Then just when things couldn't seem to get much better, Henry was to suffer one the worst reverses of fortune ever to afflict England's royal family. Henry and most of his royal household were in Barfleur making preparations to return to England after a successful campaign in Normandy. On 25th of November a man named Thomas put his vessel, the White Ship, at the King's disposal. The White Ship was a fine vessel, with fifty oarsmen. In addition there was the happy coincidence that Thomas's father Stephen had carried William the Conqueror on his boat to England in 1066. Henry thanked Thomas for his offer. As he already had a ship he wouldn't sail with Thomas himself, but he would entrust his sons William and Richard and three hundred other members of his court to the White Ship. Three hundred people climbed aboard for the night crossing. A strong current running towards what is now known as Omaha Beach would have slackened as the tide rose through the evening. The pilot waited until after 10pm to sail. There was a party atmosphere on board. A few people got off the ship, sensing the behaviour of some young men was getting out of hand. Apparently, priests who arrived to bless the ship were driven away. Finally the boat set off for England, but hit a rock just off Barfleur and capsized. Prince William initially escaped in a small boat, but returned to try and save his sister. His boat was then swamped by people struggling in the water who tried to climb into it. Thomas, the ship owner, is said to have survived the sinking, but on hearing of William's death, allowed the sea to carry him away. Hundreds drowned. Henry lost his son and heir, two of his other children, and many close friends. Naturally there was thought to have been a divine element at work. The fact that priests were chased away was carefully noted, and following the disaster Henry founded Reading Abbey. Only ruins now remain, but enough is left to give an idea of the massive effort made to seemingly placate God in the aftermath of the sinking of the White Ship.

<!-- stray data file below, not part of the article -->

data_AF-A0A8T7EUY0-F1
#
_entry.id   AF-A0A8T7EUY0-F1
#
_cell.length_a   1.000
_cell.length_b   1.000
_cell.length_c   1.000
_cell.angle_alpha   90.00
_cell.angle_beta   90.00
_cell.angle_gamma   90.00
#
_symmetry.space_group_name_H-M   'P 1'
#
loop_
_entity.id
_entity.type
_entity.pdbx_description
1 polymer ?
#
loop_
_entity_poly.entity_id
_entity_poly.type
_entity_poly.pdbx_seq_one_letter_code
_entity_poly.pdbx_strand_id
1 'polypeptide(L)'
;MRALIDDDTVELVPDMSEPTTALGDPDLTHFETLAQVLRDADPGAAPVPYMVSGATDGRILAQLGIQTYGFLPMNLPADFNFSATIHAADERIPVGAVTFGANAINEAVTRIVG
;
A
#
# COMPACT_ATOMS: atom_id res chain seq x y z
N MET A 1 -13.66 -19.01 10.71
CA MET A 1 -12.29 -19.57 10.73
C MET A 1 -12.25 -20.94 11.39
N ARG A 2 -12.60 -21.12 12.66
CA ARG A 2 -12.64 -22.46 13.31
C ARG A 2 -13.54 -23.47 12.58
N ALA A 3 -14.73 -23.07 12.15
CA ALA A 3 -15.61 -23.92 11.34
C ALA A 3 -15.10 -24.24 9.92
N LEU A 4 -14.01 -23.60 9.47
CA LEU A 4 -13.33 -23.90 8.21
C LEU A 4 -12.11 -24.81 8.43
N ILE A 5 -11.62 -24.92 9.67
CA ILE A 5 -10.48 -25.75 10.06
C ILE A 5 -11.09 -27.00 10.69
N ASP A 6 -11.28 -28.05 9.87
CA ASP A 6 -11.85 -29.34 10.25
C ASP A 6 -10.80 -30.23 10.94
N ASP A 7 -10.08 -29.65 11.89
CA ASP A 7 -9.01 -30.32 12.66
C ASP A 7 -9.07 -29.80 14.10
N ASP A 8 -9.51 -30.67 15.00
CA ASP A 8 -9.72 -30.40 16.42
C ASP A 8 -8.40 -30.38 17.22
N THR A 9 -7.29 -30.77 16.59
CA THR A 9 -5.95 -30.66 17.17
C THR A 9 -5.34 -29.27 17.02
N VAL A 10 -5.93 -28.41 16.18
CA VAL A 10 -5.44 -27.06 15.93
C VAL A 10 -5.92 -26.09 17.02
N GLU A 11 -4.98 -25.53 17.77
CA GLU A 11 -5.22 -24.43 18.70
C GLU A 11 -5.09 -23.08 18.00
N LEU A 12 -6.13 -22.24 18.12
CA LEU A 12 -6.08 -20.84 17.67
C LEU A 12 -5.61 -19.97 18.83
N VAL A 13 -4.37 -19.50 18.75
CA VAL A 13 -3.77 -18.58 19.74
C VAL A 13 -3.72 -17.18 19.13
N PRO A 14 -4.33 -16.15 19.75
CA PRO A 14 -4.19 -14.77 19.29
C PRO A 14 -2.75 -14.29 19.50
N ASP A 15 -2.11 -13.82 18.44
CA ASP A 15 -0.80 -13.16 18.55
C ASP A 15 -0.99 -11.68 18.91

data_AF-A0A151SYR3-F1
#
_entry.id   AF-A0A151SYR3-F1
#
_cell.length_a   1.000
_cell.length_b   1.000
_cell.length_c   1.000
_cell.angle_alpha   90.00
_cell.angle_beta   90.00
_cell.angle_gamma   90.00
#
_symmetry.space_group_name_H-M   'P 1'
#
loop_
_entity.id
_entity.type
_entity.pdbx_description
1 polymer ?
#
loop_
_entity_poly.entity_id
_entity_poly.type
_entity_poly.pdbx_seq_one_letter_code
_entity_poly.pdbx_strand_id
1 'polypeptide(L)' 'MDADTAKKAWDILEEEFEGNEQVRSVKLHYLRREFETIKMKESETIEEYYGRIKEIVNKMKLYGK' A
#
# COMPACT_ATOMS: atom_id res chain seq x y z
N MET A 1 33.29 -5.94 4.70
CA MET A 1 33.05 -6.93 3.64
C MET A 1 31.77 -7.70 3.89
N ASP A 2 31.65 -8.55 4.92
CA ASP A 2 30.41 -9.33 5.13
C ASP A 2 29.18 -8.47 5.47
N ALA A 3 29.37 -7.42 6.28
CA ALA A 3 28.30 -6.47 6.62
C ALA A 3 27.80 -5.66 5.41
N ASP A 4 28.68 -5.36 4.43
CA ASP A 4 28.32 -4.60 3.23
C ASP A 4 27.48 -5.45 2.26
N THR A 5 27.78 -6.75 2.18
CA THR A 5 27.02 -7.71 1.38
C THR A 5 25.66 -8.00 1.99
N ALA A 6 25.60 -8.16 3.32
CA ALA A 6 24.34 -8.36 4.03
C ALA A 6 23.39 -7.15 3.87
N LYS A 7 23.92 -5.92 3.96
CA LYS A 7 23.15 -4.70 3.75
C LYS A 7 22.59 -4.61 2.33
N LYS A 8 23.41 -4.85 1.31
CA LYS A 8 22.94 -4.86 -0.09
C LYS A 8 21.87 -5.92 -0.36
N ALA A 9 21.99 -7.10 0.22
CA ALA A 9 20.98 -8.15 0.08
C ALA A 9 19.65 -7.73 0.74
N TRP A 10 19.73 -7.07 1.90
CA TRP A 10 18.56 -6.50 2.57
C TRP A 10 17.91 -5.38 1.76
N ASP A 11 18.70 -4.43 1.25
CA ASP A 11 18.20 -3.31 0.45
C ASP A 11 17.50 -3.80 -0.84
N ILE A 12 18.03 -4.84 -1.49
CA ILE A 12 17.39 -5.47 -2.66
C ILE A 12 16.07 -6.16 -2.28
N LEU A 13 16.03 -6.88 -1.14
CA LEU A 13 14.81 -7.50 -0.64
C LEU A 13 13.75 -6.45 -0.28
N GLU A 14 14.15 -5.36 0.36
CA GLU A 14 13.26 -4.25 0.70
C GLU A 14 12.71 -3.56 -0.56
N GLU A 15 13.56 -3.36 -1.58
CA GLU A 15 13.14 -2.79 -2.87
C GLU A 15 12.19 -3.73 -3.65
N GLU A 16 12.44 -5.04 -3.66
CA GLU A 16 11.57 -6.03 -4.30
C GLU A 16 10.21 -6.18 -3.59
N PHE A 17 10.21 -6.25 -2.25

The port of Barfleur in Normandy. This image is copyright free

Henry was shattered, but showing his usual resilience he fought on. The White Ship disaster encouraged new rebellions, which Henry met with ruthlessness. Trouble in Wales was quickly put down. Captured rebels in Normandy, such as Geoffrey de Tourville were blinded. Luc de la Barre is supposed to have beaten himself to death in his cell rather than face Henry's justice. Henry's first wife Matilda had died in 1118, so Henry remarried in the hope of producing another male heir. Unfortunately his second marriage to Adeliza, daughter of Count Charles of Flanders did not result in any children. Henry had dozens of illegitimate children, but only one legitimate child left who could take the throne. This was his daughter Matilda, who he now recognised as his heir.